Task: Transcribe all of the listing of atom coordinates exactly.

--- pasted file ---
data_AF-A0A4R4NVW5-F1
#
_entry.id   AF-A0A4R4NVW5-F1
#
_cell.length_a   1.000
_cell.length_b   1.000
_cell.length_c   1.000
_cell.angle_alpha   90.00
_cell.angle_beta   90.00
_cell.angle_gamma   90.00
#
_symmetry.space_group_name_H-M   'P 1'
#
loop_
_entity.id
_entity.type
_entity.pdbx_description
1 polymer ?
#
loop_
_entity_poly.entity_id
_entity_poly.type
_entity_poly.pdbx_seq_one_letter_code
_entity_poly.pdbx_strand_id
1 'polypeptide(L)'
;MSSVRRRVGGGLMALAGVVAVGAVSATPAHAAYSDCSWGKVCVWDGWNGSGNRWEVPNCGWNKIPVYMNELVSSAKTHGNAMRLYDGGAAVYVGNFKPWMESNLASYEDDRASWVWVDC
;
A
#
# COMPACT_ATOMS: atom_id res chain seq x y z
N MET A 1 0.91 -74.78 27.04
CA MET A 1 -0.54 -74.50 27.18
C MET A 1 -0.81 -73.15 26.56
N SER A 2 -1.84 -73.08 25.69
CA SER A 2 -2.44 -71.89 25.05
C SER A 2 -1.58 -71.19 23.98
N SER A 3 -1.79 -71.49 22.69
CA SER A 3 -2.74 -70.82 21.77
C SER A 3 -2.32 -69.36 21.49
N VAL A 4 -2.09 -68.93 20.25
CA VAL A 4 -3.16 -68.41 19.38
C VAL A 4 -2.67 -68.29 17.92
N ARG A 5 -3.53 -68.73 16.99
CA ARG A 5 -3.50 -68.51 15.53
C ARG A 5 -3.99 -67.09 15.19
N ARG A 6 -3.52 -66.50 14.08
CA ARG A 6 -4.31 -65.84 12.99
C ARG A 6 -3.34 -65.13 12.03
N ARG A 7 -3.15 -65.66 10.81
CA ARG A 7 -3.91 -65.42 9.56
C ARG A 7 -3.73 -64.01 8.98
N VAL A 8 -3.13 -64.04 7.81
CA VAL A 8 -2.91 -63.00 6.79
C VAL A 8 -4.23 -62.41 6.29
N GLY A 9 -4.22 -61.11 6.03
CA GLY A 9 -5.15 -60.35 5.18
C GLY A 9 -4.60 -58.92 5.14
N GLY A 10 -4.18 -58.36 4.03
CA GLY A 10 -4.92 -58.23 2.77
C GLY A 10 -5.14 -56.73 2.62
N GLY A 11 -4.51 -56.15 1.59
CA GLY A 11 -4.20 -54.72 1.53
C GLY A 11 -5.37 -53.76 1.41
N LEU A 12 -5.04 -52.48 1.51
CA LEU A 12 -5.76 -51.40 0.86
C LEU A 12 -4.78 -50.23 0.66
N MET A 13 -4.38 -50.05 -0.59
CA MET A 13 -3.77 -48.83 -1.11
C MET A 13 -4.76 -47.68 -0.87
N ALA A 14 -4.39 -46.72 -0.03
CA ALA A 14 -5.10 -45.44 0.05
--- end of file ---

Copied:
data_AF-A0A4R4NVW5-F1
#
_entry.id   AF-A0A4R4NVW5-F1
#
_cell.length_a   1.000
_cell.length_b   1.000
_cell.length_c   1.000
_cell.angle_alpha   90.00
_cell.angle_beta   90.00
_cell.angle_gamma   90.00
#
_symmetry.space_group_name_H-M   'P 1'
#
loop_
_entity.id
_entity.type
_entity.pdbx_description
1 polymer ?
#
loop_
_entity_poly.entity_id
_entity_poly.type
_entity_poly.pdbx_seq_one_letter_code
_entity_poly.pdbx_strand_id
1 'polypeptide(L)'
;MSSVRRRVGGGLMALAGVVAVGAVSATPAHAAYSDCSWGKVCVWDGWNGSGNRWEVPNCGWNKIPVYMNELVSSAKTHGNAMRLYDGGAAVYVGNFKPWMESNLASYEDDRASWVWVDC
;
A
#
# COMPACT_ATOMS: atom_id res chain seq x y z
N MET A 1 0.91 -74.78 27.04
CA MET A 1 -0.54 -74.50 27.18
C MET A 1 -0.81 -73.15 26.56
N SER A 2 -1.84 -73.08 25.69
CA SER A 2 -2.44 -71.89 25.05
C SER A 2 -1.58 -71.19 23.98
N SER A 3 -1.79 -71.49 22.69
CA SER A 3 -2.74 -70.82 21.77
C SER A 3 -2.32 -69.36 21.49
N VAL A 4 -2.09 -68.93 20.25
CA VAL A 4 -3.16 -68.41 19.38
C VAL A 4 -2.67 -68.29 17.92
N ARG A 5 -3.53 -68.73 16.99
CA ARG A 5 -3.50 -68.51 15.53
C ARG A 5 -3.99 -67.09 15.19
N ARG A 6 -3.52 -66.50 14.08
CA ARG A 6 -4.31 -65.84 12.99
C ARG A 6 -3.34 -65.13 12.03
N ARG A 7 -3.15 -65.66 10.81
CA ARG A 7 -3.91 -65.42 9.56
C ARG A 7 -3.73 -64.01 8.98
N VAL A 8 -3.13 -64.04 7.81
CA VAL A 8 -2.91 -63.00 6.79
C VAL A 8 -4.23 -62.41 6.29
N GLY A 9 -4.22 -61.11 6.03
CA GLY A 9 -5.15 -60.35 5.18
C GLY A 9 -4.60 -58.92 5.14
N GLY A 10 -4.18 -58.36 4.03
CA GLY A 10 -4.92 -58.23 2.77
C GLY A 10 -5.14 -56.73 2.62
N GLY A 11 -4.51 -56.15 1.59
CA GLY A 11 -4.20 -54.72 1.53
C GLY A 11 -5.37 -53.76 1.41
N LEU A 12 -5.04 -52.48 1.51
CA LEU A 12 -5.76 -51.40 0.86
C LEU A 12 -4.78 -50.23 0.66
N MET A 13 -4.38 -50.05 -0.59
CA MET A 13 -3.77 -48.83 -1.11
C MET A 13 -4.76 -47.68 -0.87
N ALA A 14 -4.39 -46.72 -0.03
CA ALA A 14 -5.10 -45.44 0.05